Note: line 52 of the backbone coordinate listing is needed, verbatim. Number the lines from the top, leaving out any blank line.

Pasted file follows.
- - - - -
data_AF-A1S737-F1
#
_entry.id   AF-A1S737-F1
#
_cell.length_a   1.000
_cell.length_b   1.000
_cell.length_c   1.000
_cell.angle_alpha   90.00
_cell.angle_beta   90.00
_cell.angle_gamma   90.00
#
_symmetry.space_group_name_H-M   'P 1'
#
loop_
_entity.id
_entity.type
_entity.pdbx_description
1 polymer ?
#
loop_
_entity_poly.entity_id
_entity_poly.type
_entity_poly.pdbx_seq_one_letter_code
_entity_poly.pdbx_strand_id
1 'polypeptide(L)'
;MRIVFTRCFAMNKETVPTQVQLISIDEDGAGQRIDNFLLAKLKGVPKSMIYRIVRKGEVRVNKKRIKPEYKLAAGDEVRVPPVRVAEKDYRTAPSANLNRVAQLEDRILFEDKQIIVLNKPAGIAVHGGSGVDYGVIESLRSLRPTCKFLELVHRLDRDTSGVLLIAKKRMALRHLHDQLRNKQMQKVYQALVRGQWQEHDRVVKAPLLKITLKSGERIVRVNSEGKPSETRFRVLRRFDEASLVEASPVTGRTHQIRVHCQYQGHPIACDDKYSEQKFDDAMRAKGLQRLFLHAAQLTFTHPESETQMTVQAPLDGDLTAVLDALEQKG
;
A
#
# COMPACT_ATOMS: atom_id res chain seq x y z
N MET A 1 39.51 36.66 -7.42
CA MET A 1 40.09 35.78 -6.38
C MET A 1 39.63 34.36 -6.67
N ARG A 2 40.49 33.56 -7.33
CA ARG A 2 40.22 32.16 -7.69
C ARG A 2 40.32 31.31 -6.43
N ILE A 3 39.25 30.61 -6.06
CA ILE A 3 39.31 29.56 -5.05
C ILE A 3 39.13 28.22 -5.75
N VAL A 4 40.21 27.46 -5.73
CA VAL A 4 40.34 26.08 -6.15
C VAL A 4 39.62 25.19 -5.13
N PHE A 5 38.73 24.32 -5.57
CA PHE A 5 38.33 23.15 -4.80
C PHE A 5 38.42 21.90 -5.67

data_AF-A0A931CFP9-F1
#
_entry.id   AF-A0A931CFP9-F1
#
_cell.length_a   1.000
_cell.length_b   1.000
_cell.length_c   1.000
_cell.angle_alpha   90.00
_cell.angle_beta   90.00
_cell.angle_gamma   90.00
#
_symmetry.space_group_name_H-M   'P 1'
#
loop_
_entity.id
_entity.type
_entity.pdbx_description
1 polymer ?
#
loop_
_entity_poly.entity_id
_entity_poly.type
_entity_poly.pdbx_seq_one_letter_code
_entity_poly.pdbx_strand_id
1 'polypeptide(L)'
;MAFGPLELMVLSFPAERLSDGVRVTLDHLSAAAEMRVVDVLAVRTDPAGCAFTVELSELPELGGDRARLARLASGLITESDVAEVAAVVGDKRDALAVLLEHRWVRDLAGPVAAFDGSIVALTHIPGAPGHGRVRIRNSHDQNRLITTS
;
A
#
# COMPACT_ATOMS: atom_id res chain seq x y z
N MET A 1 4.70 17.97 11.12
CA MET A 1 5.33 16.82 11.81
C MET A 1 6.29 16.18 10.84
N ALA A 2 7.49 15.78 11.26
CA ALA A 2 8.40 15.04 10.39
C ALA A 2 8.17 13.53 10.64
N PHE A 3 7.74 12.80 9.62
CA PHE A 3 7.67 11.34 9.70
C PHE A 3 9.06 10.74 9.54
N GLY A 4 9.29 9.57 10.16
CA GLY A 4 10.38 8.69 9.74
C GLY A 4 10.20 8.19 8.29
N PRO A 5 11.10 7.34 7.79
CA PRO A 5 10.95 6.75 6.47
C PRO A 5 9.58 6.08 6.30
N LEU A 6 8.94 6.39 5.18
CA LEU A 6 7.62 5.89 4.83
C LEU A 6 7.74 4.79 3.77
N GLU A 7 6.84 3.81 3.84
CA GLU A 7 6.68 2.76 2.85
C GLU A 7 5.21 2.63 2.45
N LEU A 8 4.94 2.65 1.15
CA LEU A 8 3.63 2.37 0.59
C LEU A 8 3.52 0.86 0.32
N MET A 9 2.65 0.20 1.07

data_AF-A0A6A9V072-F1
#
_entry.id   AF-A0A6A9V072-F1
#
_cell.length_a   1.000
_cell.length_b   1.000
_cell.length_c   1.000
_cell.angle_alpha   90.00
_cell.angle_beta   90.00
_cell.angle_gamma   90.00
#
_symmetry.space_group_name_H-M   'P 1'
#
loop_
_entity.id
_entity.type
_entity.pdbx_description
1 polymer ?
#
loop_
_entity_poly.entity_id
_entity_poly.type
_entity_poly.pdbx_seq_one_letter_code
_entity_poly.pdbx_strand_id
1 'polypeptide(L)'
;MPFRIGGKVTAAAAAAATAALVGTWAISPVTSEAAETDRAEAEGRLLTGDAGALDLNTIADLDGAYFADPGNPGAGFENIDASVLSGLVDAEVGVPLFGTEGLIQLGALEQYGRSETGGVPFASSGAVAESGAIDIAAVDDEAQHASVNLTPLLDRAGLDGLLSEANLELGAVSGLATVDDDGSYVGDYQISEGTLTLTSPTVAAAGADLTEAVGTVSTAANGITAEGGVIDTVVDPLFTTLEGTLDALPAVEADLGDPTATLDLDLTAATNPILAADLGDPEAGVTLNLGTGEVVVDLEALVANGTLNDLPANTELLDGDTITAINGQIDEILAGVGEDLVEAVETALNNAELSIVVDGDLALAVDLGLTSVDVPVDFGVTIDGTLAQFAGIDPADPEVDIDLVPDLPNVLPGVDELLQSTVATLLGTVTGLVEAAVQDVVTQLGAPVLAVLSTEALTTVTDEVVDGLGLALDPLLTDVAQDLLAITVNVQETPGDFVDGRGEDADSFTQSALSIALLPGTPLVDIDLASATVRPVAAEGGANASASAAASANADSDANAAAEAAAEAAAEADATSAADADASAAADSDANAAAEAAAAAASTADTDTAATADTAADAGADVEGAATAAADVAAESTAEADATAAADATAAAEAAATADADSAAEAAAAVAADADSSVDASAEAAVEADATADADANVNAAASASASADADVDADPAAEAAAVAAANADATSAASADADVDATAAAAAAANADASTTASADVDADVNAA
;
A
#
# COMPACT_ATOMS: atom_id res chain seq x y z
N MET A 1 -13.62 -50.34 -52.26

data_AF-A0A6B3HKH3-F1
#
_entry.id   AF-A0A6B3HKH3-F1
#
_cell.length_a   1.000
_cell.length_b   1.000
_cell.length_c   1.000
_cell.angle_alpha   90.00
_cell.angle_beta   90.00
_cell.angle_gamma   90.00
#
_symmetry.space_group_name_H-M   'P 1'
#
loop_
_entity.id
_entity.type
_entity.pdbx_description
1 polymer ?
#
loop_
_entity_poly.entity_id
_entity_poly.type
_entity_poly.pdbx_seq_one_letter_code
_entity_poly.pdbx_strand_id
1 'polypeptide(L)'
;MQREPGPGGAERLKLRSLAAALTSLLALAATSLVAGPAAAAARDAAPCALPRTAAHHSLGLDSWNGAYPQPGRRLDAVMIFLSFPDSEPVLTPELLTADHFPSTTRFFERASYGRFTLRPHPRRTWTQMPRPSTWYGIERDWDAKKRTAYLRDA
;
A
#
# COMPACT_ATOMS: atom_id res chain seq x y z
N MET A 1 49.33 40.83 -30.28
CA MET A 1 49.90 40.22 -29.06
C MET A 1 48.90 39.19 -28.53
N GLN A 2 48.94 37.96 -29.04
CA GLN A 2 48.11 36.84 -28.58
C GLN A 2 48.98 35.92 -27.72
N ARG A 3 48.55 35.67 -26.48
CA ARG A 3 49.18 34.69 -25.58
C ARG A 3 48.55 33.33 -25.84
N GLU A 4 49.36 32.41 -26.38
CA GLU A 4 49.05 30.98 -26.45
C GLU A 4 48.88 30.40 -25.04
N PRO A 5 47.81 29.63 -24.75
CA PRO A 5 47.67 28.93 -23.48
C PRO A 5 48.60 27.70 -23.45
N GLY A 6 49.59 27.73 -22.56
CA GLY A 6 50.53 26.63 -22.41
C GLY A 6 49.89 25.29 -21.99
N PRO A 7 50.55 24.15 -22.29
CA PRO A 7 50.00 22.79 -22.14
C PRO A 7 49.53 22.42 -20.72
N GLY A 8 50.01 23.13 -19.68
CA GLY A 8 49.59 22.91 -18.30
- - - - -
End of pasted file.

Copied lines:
_cell.length_c   1.000